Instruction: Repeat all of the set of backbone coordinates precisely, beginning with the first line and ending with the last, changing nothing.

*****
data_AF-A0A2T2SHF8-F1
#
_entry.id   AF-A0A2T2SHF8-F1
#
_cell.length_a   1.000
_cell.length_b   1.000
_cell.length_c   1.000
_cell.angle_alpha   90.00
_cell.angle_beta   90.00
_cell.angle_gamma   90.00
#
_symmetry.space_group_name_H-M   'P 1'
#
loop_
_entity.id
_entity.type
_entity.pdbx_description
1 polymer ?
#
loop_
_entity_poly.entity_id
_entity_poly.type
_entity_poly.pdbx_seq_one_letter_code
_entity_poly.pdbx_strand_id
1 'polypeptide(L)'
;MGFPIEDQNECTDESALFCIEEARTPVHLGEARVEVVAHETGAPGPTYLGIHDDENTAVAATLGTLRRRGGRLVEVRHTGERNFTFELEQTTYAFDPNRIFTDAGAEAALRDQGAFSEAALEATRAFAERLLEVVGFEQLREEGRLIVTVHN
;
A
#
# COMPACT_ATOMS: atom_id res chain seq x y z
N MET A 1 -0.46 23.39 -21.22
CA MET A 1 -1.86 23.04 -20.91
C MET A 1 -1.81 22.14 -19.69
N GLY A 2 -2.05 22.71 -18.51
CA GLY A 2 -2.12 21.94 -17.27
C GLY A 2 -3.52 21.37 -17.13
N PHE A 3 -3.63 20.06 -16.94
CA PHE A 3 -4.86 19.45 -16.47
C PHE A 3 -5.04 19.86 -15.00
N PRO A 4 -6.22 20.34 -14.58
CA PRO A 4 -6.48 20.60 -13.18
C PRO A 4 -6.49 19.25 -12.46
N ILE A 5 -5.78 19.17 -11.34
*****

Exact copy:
data_AF-A0A2T2SHF8-F1
#
_entry.id   AF-A0A2T2SHF8-F1
#
_cell.length_a   1.000
_cell.length_b   1.000
_cell.length_c   1.000
_cell.angle_alpha   90.00
_cell.angle_beta   90.00
_cell.angle_gamma   90.00
#
_symmetry.space_group_name_H-M   'P 1'
#
loop_
_entity.id
_entity.type
_entity.pdbx_description
1 polymer ?
#
loop_
_entity_poly.entity_id
_entity_poly.type
_entity_poly.pdbx_seq_one_letter_code
_entity_poly.pdbx_strand_id
1 'polypeptide(L)'
;MGFPIEDQNECTDESALFCIEEARTPVHLGEARVEVVAHETGAPGPTYLGIHDDENTAVAATLGTLRRRGGRLVEVRHTGERNFTFELEQTTYAFDPNRIFTDAGAEAALRDQGAFSEAALEATRAFAERLLEVVGFEQLREEGRLIVTVHN
;
A
#
# COMPACT_ATOMS: atom_id res chain seq x y z
N MET A 1 -0.46 23.39 -21.22
CA MET A 1 -1.86 23.04 -20.91
C MET A 1 -1.81 22.14 -19.69
N GLY A 2 -2.05 22.71 -18.51
CA GLY A 2 -2.12 21.94 -17.27
C GLY A 2 -3.52 21.37 -17.13
N PHE A 3 -3.63 20.06 -16.94
CA PHE A 3 -4.86 19.45 -16.47
C PHE A 3 -5.04 19.86 -15.00
N PRO A 4 -6.22 20.34 -14.58
CA PRO A 4 -6.48 20.60 -13.18
C PRO A 4 -6.49 19.25 -12.46
N ILE A 5 -5.78 19.17 -11.34